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Disneyland ‘robs’ Kenya of famous ‘Hakuna Matata’ phrase

Revelers having a good time during a past edition of the Hakuna Matata Festival at Graceland Olepolos. FILE PHOTO
Revelers having a good time during a past edition of the Hakuna Matata Festival at Graceland Olepolos. FILE PHOTO

The famous Kenyan phrase ‘Hakuna Matata’ has now been taken away and going forward one might sued or forced to pay to use it.

Disneyland has been granted a US trademark over the phrase under the registration number 27006605 for use on clothing.

‘Hakuna Matata’ is a Kiswahili phrase which loosely translates to ‘no problem’ or ‘no worries’.

‘NO WORRIES’

Records from the United States Patent and Trademark Office (USPTO) indicate that The Walt Disney Company legally owns the popular Swahili phrase ‘Hakuna Matata’.

The trademark means the phrase cannot be used by any other organization or on merchandise by any other company unless with prior approval from Disney.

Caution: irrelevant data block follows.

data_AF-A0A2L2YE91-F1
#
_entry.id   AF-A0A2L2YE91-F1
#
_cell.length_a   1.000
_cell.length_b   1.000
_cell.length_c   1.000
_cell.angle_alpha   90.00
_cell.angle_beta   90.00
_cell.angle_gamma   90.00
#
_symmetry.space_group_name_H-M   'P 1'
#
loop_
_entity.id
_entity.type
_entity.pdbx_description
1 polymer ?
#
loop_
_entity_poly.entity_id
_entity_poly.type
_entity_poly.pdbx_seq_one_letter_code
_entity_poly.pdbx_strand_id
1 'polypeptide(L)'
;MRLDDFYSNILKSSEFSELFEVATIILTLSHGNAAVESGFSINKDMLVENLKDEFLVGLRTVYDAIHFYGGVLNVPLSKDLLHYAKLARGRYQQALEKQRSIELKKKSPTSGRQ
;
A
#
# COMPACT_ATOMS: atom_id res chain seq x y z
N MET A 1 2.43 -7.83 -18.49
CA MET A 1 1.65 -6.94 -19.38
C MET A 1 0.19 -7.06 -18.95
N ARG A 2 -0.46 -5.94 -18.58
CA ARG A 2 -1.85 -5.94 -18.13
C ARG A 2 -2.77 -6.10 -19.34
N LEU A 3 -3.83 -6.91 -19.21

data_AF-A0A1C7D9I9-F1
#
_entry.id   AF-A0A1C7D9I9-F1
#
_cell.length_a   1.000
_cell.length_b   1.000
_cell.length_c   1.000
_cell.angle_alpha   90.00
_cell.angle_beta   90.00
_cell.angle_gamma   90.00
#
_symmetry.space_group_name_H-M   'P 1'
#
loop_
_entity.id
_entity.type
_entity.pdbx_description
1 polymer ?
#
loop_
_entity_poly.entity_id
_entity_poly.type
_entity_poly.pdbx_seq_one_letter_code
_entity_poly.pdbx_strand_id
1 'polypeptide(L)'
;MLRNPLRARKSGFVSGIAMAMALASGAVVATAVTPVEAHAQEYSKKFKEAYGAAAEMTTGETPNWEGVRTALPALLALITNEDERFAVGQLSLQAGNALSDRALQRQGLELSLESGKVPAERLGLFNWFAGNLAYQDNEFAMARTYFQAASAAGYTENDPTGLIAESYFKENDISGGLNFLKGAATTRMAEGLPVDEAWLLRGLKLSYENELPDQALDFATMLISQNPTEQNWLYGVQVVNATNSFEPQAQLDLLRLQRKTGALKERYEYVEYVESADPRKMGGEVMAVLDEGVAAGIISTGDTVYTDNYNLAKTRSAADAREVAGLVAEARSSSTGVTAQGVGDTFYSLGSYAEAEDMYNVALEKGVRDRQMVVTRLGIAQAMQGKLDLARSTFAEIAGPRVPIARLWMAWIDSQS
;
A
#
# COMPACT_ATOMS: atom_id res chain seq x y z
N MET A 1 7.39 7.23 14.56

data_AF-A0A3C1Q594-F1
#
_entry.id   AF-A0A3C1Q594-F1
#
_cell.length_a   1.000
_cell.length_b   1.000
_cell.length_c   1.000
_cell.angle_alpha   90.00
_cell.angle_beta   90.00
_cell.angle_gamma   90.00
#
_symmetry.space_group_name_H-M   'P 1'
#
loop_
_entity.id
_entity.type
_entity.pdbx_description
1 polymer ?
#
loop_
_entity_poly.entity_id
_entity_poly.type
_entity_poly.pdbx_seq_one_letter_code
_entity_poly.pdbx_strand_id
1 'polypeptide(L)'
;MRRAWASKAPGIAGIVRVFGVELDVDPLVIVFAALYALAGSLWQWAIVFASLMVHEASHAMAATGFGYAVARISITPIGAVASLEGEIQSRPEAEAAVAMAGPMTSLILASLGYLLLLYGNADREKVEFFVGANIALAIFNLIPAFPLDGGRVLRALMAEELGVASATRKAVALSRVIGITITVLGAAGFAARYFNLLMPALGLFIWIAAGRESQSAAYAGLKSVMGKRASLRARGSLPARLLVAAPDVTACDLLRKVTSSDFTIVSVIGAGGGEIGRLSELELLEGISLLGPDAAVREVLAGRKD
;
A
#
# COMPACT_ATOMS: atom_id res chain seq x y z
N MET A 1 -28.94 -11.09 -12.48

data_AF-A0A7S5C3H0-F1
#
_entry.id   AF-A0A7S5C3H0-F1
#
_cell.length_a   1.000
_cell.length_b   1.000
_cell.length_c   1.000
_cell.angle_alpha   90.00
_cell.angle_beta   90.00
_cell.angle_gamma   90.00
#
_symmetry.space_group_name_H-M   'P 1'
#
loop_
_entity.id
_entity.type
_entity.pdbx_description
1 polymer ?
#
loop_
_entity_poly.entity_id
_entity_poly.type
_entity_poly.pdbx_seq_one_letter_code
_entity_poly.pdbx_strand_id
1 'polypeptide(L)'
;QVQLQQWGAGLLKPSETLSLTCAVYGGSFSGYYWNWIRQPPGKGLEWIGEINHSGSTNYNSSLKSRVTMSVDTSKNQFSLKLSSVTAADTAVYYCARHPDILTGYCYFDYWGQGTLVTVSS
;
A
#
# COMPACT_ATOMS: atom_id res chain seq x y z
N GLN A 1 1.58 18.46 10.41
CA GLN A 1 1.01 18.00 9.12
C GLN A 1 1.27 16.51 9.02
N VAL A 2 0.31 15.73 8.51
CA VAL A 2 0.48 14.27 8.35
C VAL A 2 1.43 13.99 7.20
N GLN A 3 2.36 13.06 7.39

The ‘Hakuna Matata’ phrase was popularized in 1982 by a Kenyan band Them Mushrooms in their popular song Jambo Bwana.

CULTURAL HERITAGE

In January, Maasai Intellectual Property Initiative (MIPI), a non-profit organisation, took legal steps to protect the cultural heritage of the nearly 2 million Maasais living in Kenya and Tanzania after Louis Vuitton’s Spring/Summer collection featured the Maasai shuka, which they later patented.

The Maasai are not the first community to seek to protect and profit from their brand.

Aboriginal Australians have, after years of struggle, established protocols that mean they are now routinely paid fees when companies use their image or ancestral lands for commercial or marketing.



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